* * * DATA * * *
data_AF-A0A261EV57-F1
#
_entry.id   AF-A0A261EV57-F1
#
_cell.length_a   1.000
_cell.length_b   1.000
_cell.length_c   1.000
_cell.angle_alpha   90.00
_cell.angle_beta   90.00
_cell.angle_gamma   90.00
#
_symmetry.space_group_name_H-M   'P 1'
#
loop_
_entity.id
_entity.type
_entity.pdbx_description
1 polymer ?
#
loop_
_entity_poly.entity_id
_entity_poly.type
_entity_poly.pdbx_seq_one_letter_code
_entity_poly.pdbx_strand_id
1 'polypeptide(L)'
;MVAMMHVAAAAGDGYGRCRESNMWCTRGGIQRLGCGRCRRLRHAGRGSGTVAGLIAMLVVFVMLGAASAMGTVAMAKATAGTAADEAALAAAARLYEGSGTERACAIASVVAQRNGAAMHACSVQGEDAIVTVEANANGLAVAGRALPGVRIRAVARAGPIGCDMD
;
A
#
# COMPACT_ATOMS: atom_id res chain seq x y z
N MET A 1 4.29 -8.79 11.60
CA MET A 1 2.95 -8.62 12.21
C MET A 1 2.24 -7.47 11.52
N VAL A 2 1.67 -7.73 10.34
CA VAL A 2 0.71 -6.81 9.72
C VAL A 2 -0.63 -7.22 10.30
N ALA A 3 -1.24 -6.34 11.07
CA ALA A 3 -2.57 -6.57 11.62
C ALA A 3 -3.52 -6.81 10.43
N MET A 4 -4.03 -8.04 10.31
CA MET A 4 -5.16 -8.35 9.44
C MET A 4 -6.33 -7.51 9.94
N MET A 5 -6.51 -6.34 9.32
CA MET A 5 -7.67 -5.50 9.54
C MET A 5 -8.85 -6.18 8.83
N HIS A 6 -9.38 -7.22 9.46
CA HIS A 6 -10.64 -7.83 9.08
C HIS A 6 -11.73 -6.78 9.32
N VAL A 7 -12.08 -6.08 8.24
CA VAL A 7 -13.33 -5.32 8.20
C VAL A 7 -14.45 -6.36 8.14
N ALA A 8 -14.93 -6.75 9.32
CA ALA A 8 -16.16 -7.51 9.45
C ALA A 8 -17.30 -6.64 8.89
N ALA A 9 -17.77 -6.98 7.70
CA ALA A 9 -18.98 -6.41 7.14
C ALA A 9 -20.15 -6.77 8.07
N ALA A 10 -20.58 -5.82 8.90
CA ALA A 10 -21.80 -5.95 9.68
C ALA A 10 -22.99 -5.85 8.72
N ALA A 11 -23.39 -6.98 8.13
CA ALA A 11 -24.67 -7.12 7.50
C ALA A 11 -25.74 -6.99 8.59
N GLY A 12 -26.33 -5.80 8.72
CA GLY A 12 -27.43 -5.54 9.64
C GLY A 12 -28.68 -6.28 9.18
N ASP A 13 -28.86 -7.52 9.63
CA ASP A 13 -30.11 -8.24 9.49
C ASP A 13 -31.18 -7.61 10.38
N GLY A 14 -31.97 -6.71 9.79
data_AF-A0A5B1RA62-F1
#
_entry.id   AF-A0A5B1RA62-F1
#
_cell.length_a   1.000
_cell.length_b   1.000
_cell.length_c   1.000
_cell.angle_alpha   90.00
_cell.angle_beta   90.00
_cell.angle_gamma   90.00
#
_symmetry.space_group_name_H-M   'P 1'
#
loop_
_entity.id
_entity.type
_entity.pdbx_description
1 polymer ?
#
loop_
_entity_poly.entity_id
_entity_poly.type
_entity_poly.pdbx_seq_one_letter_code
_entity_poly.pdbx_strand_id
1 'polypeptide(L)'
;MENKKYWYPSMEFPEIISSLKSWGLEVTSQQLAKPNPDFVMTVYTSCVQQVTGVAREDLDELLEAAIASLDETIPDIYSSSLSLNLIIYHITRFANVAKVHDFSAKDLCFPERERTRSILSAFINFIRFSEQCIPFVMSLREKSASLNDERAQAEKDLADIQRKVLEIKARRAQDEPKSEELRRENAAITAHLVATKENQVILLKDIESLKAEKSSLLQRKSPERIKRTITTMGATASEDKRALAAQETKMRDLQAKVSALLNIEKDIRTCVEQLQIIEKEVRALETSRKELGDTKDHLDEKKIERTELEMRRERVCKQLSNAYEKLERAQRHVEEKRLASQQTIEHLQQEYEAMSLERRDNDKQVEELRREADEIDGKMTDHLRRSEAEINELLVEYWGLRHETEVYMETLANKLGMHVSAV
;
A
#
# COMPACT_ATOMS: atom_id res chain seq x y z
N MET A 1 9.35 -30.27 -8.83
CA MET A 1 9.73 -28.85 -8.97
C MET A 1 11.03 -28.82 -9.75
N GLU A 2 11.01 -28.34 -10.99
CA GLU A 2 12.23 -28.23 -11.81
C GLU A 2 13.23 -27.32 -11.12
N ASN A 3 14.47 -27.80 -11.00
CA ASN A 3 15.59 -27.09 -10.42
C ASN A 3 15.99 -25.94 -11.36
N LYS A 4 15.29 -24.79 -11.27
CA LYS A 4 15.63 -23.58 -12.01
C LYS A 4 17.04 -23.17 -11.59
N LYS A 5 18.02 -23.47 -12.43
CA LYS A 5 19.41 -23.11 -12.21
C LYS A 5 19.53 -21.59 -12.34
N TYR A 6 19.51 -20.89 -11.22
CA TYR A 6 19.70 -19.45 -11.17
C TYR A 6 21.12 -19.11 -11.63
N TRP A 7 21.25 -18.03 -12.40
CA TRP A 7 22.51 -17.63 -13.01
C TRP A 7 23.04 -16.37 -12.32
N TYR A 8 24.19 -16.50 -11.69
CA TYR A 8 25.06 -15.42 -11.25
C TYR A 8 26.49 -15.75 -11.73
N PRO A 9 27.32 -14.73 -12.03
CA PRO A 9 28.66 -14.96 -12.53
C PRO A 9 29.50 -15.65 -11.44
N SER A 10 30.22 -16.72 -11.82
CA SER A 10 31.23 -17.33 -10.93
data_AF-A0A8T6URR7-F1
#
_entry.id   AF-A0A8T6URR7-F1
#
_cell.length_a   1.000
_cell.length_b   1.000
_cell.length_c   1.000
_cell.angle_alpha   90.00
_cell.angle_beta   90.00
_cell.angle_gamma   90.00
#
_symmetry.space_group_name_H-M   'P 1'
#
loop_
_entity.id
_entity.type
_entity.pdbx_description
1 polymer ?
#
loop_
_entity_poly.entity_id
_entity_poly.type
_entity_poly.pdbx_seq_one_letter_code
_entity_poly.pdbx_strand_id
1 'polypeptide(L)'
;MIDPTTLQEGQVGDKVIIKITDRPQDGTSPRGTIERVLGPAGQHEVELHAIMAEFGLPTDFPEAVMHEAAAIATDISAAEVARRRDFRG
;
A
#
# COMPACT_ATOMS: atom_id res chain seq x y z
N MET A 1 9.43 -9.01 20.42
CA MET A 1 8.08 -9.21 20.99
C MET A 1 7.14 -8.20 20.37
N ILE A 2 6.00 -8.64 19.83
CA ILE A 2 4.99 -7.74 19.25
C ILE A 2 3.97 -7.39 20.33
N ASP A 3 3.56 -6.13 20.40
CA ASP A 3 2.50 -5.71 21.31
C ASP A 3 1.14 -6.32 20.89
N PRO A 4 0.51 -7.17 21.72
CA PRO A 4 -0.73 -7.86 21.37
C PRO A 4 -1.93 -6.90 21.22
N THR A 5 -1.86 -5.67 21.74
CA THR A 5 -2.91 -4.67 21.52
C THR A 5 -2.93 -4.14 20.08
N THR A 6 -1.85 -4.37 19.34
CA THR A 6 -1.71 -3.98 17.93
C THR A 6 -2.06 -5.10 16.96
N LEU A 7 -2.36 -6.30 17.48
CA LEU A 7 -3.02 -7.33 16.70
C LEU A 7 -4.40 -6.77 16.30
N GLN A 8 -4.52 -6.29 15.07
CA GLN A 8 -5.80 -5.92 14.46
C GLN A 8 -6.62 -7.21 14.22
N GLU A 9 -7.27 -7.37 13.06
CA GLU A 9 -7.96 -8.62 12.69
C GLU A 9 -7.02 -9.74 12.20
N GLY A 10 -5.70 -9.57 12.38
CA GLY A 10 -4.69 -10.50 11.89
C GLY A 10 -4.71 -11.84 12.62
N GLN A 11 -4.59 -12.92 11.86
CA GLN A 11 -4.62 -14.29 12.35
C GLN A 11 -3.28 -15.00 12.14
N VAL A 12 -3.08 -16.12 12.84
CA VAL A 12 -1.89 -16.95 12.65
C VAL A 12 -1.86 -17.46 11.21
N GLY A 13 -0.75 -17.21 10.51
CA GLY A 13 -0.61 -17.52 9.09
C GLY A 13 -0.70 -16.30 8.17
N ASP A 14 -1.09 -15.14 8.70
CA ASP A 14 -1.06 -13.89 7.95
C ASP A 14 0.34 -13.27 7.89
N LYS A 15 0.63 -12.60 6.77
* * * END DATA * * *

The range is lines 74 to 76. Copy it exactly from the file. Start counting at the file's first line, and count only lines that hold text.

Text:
#
_cell.length_a   1.000
_cell.length_b   1.000